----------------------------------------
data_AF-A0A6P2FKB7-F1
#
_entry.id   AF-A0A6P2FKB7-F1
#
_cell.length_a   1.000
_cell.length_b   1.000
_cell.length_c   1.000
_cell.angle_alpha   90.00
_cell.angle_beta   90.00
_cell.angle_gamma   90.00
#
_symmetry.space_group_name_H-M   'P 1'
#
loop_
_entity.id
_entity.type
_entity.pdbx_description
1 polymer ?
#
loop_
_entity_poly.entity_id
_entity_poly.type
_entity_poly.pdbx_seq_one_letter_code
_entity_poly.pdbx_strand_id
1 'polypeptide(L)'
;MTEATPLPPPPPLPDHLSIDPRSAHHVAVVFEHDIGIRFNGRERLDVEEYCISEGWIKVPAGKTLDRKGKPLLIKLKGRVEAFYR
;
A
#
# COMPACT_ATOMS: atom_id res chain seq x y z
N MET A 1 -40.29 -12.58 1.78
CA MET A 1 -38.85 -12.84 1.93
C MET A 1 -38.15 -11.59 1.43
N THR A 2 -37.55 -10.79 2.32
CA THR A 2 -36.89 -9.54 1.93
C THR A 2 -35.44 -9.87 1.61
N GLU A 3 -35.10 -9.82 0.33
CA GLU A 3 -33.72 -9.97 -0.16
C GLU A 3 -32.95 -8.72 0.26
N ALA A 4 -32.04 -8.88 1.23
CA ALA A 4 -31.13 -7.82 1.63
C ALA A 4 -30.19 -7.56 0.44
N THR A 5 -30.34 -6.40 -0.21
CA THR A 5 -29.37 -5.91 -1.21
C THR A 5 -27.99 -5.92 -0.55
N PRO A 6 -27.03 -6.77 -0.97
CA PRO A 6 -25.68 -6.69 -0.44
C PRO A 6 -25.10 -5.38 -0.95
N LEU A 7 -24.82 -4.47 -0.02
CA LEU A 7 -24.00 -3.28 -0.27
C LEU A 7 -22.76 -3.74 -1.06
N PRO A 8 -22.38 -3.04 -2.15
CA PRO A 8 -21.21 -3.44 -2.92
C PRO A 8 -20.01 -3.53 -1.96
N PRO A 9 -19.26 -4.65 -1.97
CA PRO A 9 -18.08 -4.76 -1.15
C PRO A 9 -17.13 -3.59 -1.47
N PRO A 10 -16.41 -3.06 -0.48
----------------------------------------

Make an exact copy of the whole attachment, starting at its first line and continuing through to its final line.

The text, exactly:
data_AF-A0A6P2FKB7-F1
#
_entry.id   AF-A0A6P2FKB7-F1
#
_cell.length_a   1.000
_cell.length_b   1.000
_cell.length_c   1.000
_cell.angle_alpha   90.00
_cell.angle_beta   90.00
_cell.angle_gamma   90.00
#
_symmetry.space_group_name_H-M   'P 1'
#
loop_
_entity.id
_entity.type
_entity.pdbx_description
1 polymer ?
#
loop_
_entity_poly.entity_id
_entity_poly.type
_entity_poly.pdbx_seq_one_letter_code
_entity_poly.pdbx_strand_id
1 'polypeptide(L)'
;MTEATPLPPPPPLPDHLSIDPRSAHHVAVVFEHDIGIRFNGRERLDVEEYCISEGWIKVPAGKTLDRKGKPLLIKLKGRVEAFYR
;
A
#
# COMPACT_ATOMS: atom_id res chain seq x y z
N MET A 1 -40.29 -12.58 1.78
CA MET A 1 -38.85 -12.84 1.93
C MET A 1 -38.15 -11.59 1.43
N THR A 2 -37.55 -10.79 2.32
CA THR A 2 -36.89 -9.54 1.93
C THR A 2 -35.44 -9.87 1.61
N GLU A 3 -35.10 -9.82 0.33
CA GLU A 3 -33.72 -9.97 -0.16
C GLU A 3 -32.95 -8.72 0.26
N ALA A 4 -32.04 -8.88 1.23
CA ALA A 4 -31.13 -7.82 1.63
C ALA A 4 -30.19 -7.56 0.44
N THR A 5 -30.34 -6.40 -0.21
CA THR A 5 -29.37 -5.91 -1.21
C THR A 5 -27.99 -5.92 -0.55
N PRO A 6 -27.03 -6.77 -0.97
CA PRO A 6 -25.68 -6.69 -0.44
C PRO A 6 -25.10 -5.38 -0.95
N LEU A 7 -24.82 -4.47 -0.02
CA LEU A 7 -24.00 -3.28 -0.27
C LEU A 7 -22.76 -3.74 -1.06
N PRO A 8 -22.38 -3.04 -2.15
CA PRO A 8 -21.21 -3.44 -2.92
C PRO A 8 -20.01 -3.53 -1.96
N PRO A 9 -19.26 -4.65 -1.97
CA PRO A 9 -18.08 -4.76 -1.15
C PRO A 9 -17.13 -3.59 -1.47
N PRO A 10 -16.41 -3.06 -0.48